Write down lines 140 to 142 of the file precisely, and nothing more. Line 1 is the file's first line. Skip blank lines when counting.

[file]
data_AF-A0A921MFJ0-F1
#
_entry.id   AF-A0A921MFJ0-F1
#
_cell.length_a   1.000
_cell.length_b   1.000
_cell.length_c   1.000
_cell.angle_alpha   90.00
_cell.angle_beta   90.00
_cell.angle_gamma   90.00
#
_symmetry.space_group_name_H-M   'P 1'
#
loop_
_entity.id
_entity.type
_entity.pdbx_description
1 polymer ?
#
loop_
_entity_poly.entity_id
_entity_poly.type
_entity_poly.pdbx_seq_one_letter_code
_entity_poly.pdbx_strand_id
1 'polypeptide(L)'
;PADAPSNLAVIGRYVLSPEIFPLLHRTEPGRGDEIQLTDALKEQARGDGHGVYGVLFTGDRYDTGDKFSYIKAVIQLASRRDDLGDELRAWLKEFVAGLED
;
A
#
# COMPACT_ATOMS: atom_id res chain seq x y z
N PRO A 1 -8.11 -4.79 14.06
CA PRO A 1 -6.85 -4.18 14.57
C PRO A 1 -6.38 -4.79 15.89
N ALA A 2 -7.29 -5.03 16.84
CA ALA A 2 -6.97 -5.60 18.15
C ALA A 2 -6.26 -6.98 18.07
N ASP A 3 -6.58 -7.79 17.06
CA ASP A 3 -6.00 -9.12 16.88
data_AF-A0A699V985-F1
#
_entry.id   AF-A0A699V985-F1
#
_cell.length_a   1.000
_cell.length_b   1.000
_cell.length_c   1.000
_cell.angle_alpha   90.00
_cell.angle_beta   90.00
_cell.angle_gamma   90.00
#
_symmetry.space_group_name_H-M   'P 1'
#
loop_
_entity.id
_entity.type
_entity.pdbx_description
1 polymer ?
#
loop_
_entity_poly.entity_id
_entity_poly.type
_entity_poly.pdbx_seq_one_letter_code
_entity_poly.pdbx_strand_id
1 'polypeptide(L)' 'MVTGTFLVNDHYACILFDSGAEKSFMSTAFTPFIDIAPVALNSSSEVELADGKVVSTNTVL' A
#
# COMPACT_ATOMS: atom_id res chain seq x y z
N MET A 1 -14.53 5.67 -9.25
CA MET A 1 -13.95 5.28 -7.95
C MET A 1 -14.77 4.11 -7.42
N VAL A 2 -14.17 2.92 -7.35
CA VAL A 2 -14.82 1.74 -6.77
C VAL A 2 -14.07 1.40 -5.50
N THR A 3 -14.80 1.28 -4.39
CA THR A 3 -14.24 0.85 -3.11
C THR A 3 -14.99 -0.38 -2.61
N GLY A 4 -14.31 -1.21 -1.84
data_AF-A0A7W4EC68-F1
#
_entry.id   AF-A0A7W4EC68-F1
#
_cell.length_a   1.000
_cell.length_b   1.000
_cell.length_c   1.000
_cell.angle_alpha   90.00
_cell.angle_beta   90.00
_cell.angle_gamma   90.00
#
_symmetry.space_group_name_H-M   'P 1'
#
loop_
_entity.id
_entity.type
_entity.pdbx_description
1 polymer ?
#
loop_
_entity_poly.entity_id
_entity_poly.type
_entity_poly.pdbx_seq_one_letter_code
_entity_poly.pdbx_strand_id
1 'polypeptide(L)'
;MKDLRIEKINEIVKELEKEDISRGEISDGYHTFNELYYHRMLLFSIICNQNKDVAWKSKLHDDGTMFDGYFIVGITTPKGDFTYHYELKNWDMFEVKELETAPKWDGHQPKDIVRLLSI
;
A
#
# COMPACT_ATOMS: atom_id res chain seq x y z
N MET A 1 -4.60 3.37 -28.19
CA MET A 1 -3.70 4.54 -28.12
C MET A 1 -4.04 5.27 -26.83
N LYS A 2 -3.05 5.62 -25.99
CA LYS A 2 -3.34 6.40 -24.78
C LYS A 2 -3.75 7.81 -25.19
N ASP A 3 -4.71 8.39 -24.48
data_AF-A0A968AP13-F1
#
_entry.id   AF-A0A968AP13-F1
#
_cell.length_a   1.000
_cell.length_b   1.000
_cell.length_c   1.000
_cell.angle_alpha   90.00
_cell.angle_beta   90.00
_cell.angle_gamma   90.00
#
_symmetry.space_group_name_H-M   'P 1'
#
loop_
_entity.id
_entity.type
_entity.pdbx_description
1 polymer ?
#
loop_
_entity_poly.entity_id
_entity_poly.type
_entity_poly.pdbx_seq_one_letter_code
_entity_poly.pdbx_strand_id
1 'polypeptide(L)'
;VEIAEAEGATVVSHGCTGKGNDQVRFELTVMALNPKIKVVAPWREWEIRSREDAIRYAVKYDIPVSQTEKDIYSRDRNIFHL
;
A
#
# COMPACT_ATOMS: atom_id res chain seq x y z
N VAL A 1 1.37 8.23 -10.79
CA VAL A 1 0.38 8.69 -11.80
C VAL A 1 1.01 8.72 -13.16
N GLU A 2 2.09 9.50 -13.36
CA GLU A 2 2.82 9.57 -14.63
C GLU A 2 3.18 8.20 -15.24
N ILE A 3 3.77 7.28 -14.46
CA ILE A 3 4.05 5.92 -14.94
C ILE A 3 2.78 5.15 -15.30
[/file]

A
#
# COMPACT_ATOMS: atom_id res chain seq x y z